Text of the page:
*H* _{H} − *H* _{obs}.

So, solving the distance formula for *h* , we have:

And as this is just the difference between
*H* _{H} and *H* _{obs}, we find that
*H* _{H} = *H* _{obs} + *h* .

But, as every point on OH appears at the observer's astronomical horizon, in particular the point H is seen on that horizon; so its altitude is exactly zero. So the height of H provides a reference point of known altitude, to which we can refer every other point on the vertical BDHT.

That means that the angular altitude of the target T above the
observer's astronomical horizon is just the angle subtended by the height
difference
(*H* _{target} − *H* _{H})
at a distance *d* . This angle is
(*H* _{target} − *H* _{H}) */ d*
radians, because the (assumed) constant lapse rate produces no image
distortion.

So, to sum up: we first use the lapse rate to determine the ray curvature.
We then use the ray curvature to find the height of the observer's
astronomical horizon, *H* _{H}, at the distance
*d* of the target. Finally, we find the *angular*
height of the target point above the observer's astronomical horizon
from the height of the target above the horizon point, H.

Having determined the lapse rate, we find the ratio of
curvatures of horizontal rays and the Earth's surface, using the
equation
above. (Actually, I include an additional factor of
exp(−*H / *8 km) to allow for
the decrease in atmospheric density with height.)

**Results**: Your values gave *k * =
___
,
corresponding to a radius of curvature for the ray of
___
km.

All that remains is to find the apparent altitude of the target
— which was the original goal. To do this, we need to know the
*distance* from the observer to the target.

Finally, we find the apparent altitude of the target:
**
___
minutes** of arc =
**
___
degrees** of arc.

To find the distance to the observer's sea horizon, we use the
distance formula
from the top of this page, being careful to use
*H* _{obs} for the value of *h* in the formula;
this assumes that the same ray curvature found above extends down to the
sea surface.
For your values, the **distance** to the sea horizon is
**
___
**, which puts the target on the
___
side of the horizon.
...
.

In your case, the **dip** of the sea horizon is
**
___
minutes** of arc, or
**
___
degrees**.
These values place the target
___
minutes of arc, or
___
degrees,
**
___
**the apparent sea horizon.
___

But this upper surface is missing from the oversimplified model adopted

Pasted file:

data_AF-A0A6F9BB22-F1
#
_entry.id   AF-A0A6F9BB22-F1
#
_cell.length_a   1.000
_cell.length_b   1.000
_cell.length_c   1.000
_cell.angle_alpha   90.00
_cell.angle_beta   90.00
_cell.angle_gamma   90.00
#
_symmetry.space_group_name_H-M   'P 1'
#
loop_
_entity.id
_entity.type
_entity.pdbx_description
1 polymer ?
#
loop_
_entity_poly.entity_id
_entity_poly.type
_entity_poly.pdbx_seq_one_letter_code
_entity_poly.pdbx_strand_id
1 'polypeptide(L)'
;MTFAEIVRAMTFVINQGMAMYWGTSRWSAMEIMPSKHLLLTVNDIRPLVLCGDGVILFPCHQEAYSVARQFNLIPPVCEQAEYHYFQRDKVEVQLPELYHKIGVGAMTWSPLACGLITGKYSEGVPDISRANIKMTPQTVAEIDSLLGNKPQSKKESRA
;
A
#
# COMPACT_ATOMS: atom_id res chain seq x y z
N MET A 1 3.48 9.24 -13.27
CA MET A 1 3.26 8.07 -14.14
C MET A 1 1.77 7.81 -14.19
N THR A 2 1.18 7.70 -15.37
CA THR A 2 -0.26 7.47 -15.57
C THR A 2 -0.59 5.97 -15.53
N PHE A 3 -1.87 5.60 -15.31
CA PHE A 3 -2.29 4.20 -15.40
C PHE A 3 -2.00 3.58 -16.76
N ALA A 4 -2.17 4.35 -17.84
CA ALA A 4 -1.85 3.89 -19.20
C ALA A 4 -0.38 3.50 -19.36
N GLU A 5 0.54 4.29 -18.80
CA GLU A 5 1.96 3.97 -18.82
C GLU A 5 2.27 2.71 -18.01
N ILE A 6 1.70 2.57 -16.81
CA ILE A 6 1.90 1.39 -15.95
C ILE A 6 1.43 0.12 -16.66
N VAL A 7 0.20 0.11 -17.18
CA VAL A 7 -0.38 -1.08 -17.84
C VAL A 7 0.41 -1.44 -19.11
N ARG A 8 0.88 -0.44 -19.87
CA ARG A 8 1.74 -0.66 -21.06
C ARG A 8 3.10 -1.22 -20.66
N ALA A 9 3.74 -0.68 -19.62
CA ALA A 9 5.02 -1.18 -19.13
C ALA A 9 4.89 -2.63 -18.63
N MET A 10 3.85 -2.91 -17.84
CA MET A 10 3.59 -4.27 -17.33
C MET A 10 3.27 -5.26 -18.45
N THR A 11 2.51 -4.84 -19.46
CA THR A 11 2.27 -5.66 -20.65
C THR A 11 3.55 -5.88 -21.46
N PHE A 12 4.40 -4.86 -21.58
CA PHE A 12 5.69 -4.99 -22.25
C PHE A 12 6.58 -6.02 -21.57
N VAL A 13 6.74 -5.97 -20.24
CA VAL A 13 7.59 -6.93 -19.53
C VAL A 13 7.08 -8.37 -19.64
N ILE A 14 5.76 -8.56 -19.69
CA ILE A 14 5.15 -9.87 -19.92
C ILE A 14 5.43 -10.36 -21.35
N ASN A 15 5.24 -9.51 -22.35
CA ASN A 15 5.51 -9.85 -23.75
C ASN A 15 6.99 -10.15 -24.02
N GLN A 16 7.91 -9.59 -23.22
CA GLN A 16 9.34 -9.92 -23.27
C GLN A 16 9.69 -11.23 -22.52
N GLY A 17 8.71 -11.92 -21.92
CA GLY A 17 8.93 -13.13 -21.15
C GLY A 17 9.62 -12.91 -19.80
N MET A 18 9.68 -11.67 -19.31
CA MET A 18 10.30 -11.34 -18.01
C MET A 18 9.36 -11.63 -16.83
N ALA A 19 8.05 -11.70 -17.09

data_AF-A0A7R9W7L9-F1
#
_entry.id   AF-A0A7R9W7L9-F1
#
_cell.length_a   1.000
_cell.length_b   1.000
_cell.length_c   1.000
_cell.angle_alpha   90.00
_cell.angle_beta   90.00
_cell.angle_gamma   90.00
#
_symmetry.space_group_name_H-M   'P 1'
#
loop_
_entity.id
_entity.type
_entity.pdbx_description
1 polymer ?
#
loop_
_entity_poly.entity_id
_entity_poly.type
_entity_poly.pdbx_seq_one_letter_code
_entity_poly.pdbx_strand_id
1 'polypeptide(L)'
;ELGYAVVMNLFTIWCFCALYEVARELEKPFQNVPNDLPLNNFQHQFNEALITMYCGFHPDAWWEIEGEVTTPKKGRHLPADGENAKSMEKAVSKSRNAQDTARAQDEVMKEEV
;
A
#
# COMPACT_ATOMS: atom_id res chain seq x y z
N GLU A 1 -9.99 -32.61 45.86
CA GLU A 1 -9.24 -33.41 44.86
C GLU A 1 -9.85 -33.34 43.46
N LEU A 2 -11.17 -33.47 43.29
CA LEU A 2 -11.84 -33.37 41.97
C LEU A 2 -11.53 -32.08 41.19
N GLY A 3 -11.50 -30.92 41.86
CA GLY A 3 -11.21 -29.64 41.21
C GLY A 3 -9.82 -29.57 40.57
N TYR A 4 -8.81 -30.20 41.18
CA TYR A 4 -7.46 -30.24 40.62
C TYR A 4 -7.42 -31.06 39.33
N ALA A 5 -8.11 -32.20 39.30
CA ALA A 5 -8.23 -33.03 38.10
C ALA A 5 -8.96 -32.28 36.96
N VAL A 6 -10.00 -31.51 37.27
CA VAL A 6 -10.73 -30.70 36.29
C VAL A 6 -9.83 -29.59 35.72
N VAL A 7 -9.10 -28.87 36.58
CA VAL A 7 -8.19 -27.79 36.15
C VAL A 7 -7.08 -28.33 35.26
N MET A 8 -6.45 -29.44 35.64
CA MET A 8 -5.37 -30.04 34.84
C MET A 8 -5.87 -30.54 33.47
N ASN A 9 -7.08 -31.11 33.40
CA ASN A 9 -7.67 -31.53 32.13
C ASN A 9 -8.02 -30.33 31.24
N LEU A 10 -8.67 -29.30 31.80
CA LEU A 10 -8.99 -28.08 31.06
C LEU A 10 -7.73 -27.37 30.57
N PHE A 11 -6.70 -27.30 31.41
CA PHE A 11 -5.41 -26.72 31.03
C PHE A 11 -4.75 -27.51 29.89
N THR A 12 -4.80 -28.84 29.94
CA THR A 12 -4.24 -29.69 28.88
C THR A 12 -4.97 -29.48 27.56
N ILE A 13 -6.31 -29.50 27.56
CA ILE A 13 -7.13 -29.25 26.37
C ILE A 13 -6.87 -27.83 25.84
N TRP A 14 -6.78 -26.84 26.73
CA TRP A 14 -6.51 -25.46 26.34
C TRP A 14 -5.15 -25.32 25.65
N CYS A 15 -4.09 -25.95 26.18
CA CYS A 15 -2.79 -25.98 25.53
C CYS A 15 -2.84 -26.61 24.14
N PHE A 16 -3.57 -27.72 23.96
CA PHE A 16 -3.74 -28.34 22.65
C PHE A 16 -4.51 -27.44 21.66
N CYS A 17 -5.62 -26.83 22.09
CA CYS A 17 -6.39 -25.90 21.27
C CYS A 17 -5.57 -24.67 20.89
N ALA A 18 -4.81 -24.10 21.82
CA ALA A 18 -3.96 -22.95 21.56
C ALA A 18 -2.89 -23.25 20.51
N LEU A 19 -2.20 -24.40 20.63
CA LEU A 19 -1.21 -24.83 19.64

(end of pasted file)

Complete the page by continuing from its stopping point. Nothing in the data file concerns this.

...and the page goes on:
here: we have assumed a constant lapse rate throughout the boundary layer.
So there's no way to determine the width of the blank strip. However,
the Earth's surface appears concave to an observer within the strong
inversion, so everything is visible — much as was predicted by
**Kummer**
in 1860.

Obviously, you can't set both the heights and both the temperatures, and then also type in a value for the lapse rate, without expecting some change to keep things consistent. I've written the scripts to keep the heights and the observer's temperature fixed, and re-compute the target temperature automatically, if you set the lapse rate manually.

If you change any of the values for the
observer
or the
target,
you'll need to re-set the lapse rate, either by clicking the
*Compute lapse rate*
button,
or by entering something in the lapse-rate entry box below it.
If you want to re-use the same lapse rate after changing a height or a
temperature, just click in the lapse-rate box and add a space —
being careful *not* to hit the “Enter” key (which would
clear all your entries, because of a quirk in JavaScript). The ray
curvature will be re-computed when you release a key in this box; some
browsers will act even if it's a <Shift> key or a <Control>
key.

If you just change the target distance, everything that depends on it will be recomputed automatically.

Clearing an entry box is equivalent to entering zero there.

Notice that the running text that reports the results will change when you change the critical input data. This only works with browsers introduced after Netscape 4; if you have problems with a modern browser, please let me know.

Copyright © 2009 – 2010, 2020, 2021, 2023 Andrew T. Young

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**
dip of the horizon page
**

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**
looming page
**